(Yahoo!Finance) — You can add another item to consumers’ pandemic shopping list: life insurance.
The number of life insurance policies sold jumped 11% in the first quarter from the same time a year ago, according to the industry research firm Limra. It’s the biggest gain since 1983, as COVID-related deaths pushed many consumers to buy coverage.
That’s giving a boost to the bottomline of life insurance companies like privately-held MassMutual, which logged a more than 20% rise in first quarter sales and Primerica (PRI), which saw sales rise 16% in the first three months of the year.
In an interview with Yahoo Finance Live, CEO Roger Crandall said families that would typically not buy life insurance because of a tight budget, have made it a priority during the pandemic.
“The interest in life insurance is up. I mean, COVID certainly got people thinking about the need for life insurance and protecting their family,” he said.
For all of 2020, the number of life insurance policies sold rose 2%, the first increase since 2016, but even as the number of policies sold climbed, the average death benefit shrank by 4% to $270,000. Crandall said that implies the industry sold more affordable policies to households with smaller incomes.
That coincided with another change, an uptick in younger people buying life insurance.
Application activity for U.S. life insurance was up nearly 8% year-over-year in 2020 among people under age 44, according to MIB Group’s Life Index.
“We’re actually seeing one of the strongest growth segments is millennials,” said Crandall. In fact, 45% of millennials say they are more likely to buy life insurance because of COVID-19, according to Limra.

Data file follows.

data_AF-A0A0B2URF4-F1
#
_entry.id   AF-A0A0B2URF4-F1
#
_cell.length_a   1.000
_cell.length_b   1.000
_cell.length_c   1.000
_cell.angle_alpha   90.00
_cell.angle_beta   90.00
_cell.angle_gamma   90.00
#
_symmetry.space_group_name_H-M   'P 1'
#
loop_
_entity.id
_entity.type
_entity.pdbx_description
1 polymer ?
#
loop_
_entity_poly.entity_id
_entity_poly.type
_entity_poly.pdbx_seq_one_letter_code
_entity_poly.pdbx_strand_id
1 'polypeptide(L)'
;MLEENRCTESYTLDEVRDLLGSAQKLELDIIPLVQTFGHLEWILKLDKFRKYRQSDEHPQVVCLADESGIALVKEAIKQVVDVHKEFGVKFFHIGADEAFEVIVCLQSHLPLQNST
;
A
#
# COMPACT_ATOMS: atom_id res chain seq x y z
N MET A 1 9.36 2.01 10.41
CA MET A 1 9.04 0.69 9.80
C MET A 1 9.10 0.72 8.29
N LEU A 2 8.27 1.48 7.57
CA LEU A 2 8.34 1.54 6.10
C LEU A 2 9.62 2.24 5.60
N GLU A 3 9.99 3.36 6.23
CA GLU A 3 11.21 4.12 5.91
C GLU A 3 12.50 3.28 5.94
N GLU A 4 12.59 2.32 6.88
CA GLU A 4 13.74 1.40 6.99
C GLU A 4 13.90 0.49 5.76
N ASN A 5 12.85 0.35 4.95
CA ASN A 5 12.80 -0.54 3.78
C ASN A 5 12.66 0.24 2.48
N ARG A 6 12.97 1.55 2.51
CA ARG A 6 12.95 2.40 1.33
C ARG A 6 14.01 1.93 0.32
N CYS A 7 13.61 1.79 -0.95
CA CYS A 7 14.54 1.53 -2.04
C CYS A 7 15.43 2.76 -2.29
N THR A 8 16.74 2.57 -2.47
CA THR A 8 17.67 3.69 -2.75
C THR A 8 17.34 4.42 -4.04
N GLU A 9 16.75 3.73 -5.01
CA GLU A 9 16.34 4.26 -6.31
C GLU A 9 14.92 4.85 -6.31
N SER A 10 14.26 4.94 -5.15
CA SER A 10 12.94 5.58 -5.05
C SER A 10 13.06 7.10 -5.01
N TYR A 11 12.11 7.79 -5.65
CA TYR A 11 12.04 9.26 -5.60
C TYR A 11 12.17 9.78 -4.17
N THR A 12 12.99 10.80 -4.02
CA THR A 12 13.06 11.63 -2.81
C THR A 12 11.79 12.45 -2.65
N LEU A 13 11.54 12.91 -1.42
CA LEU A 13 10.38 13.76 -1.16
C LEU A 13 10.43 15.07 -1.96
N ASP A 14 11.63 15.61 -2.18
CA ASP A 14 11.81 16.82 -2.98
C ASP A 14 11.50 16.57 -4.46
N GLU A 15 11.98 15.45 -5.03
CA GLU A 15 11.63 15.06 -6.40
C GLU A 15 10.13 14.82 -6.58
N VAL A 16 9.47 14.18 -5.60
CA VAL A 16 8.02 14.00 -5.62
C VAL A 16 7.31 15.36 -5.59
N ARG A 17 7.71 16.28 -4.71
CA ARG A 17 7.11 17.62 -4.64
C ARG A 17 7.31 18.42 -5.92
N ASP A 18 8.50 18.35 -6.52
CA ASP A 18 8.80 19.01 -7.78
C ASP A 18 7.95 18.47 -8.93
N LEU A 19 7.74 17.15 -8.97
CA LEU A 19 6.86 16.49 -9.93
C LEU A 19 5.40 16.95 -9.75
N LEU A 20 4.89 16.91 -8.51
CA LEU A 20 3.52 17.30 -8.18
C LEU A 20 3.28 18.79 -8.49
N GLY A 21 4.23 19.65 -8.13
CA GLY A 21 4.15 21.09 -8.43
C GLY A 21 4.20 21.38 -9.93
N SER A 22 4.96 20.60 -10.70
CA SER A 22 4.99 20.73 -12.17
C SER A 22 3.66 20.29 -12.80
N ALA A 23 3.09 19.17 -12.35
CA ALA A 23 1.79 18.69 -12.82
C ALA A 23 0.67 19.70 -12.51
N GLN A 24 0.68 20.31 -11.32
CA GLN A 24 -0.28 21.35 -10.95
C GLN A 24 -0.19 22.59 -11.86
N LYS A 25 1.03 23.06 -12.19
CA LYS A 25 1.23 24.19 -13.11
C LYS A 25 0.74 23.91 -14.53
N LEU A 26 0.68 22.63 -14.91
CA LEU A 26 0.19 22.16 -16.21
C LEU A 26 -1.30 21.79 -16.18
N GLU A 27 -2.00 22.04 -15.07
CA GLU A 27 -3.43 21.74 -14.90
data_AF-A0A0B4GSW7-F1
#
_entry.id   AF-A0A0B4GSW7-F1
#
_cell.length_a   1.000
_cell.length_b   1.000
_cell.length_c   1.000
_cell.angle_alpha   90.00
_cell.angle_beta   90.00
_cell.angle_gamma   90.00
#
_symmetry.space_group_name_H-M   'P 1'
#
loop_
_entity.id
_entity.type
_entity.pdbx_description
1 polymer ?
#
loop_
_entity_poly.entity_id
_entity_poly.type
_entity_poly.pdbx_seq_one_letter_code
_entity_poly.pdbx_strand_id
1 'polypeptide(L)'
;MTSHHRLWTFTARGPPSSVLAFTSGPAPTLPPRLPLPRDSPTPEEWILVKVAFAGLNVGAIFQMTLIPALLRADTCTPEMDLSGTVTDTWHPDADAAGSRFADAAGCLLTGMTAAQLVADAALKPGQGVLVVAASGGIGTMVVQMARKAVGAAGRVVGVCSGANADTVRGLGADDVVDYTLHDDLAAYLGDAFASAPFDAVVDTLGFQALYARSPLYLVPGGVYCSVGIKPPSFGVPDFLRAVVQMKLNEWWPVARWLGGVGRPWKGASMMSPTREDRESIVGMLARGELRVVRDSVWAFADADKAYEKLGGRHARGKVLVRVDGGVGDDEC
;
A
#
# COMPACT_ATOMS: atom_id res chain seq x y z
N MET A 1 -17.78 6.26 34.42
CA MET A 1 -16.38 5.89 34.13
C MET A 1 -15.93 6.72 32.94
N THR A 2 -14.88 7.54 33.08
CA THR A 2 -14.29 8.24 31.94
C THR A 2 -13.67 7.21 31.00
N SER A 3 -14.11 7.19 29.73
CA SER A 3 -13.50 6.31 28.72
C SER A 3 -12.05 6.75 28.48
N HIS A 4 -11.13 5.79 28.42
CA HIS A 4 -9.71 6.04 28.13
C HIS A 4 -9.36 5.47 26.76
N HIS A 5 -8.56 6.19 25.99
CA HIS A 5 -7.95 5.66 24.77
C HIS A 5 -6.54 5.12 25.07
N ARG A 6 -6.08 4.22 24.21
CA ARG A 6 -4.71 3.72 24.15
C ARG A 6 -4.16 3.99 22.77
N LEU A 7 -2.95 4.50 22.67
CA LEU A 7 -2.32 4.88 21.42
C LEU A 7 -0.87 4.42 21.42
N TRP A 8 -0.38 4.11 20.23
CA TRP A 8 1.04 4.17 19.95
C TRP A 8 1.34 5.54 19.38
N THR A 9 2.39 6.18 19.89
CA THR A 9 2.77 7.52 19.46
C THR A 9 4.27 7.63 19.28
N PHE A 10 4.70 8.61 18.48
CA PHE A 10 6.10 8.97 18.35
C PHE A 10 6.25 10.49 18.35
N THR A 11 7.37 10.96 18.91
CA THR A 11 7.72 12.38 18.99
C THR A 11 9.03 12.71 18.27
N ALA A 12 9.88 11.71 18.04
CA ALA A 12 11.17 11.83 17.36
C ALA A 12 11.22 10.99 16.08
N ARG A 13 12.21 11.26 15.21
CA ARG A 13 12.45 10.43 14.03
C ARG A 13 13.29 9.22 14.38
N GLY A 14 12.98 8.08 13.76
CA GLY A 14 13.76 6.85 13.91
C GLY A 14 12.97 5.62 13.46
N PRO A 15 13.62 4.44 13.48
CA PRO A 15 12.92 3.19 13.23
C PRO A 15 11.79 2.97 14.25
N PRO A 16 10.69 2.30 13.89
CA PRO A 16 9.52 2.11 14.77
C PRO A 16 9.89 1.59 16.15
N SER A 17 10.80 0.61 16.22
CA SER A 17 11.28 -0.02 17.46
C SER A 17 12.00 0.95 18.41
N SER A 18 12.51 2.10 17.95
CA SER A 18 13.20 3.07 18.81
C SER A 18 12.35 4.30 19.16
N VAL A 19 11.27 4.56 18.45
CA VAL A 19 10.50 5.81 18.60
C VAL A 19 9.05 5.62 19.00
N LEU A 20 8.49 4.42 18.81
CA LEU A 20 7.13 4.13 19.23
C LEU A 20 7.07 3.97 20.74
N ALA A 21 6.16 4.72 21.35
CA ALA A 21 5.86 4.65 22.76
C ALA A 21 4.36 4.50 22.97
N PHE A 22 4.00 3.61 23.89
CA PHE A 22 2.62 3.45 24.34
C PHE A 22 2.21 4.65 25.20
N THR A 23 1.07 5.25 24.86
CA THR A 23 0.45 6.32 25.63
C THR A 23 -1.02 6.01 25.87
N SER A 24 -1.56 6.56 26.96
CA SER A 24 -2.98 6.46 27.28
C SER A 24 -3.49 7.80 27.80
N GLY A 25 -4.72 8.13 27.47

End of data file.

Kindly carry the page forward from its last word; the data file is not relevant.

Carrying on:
“We think that’s really positive,” said Crandall. “One of the things we’ve been doing is investing heavily in technology to make it easier to buy life insurance, particularly going through the underwriting process,” he said. “We haven’t just digitized an analog process. We’ve built a brand new, effectively digital insurance company, and the uptake on that accelerated dramatically during the pandemic in 2020.”
Nearly 1/3 of consumers say COVID-19 has made it more likely they will purchase life insurance in the next 12 months.
Even once the pandemic is over, Crandall said the effects of COVID-19 on the life and health insurance industry could linger for years.
Thanks to technology, Crandall said the days of having a medical examiner show up at your home with a scale to start the underwriting process is largely over.
“Although you might have to do that for some large policies and people who’ve had historical health issues, increasingly, we’re able to use machine underwriting to get people through the process very quickly,” he said. “That just makes the whole buying process better, both for consumers and for agents.” insurance
Why should young adults carry life insurance today? What has changed that they are purchasing more than retirees?
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